KANSAS CITY -- Part of becoming an established starting pitcher is learning how to finish what you start.
Daniel Bard thought he was going to do that Tuesday night. Instead, some sudden wildness cost Bard the chance to go deeper into the game, and ultimately, cost the Red Sox the game.
Bard had limited the Kansas City Royals to three runs over the first seven innings, and after a shaky second, had allowed just three hits -- all singles -- from the third through the seventh.
But in the eighth inning, feeling some fatigue, Bard lost the strike zone, issuing two walks to open the inning and leaving a mess for Matt Albers to clean up. Albers surrendered a three-run homer to Billy Butler, sending the Sox to a 6-4 defeat.
Bard had thrown 87 pitches after seven and was eager to continue.
"I felt great," said Bard. "I felt strong. You get to 90 pitches, I'm not tired to the point where I need to come out of the game by any means. But there is a fatigue that sets in. It's about learning how to pitch with that little bit of fatigue.
"It's not my arm. My arm felt great. It's your whole body -- your legs, your lower back. You have to learn how to pitch under those conditions. It's kind of where I'm at right now -- trying to learn how to finish games and get through that 100-110 pitches, strong all the way toward the end instead of tailing off and losing command late."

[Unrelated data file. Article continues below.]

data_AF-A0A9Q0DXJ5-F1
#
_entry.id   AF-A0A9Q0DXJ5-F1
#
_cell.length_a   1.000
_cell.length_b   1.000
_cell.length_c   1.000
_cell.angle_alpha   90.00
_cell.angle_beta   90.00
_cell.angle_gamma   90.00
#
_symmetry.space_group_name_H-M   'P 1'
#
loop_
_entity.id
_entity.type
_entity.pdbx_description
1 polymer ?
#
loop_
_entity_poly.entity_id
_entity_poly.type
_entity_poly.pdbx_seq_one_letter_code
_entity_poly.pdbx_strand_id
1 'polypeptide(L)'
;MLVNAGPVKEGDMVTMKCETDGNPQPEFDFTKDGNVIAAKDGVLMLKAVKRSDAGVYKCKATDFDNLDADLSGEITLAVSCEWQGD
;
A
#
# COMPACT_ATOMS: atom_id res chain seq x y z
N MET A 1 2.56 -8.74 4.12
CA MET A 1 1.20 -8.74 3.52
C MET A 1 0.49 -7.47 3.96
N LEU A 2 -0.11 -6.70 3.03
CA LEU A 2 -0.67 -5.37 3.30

Bard could feel himself coming out of his normal delivery with the two walks.
"I was trying to do too much," he said. "I kind of smelled the finish line and wanted to get that win for our team really bad. I just tried to do a little too much with those pitches and maybe didn't trust them to the middle of the zone like I had been."
If the eighth inning was Bard's doing, then surely the second inning was his most bizarre. He was charged with two balks -- one scored a run and another led to a second run being scored -- while walking one and throwing a wild pitch.
"I chalked it up to just being a fluke thing," said Bard of the balks. "It sucks that they got three runs out of it; they probably get one or two there either way, even without them. I just tried to settle back in. I knew I was making good pitches and I wasn't going to let that take me out of my game completely."
From there, Bard seemed to get groundouts in bunches. From the third through the seventh, he got 10 of the 12 outs on the ground. Those outs helped Bard be more efficient with his pitch count.
"Mostly fastballs in," revealed Bard. "Sinkers to righties, and four-seamers in to lefties. It's a little weird, to be honest, because I'm used to getting punch-outs regularly, usually about one per inning or so. But I'll take outs anyway I can get them."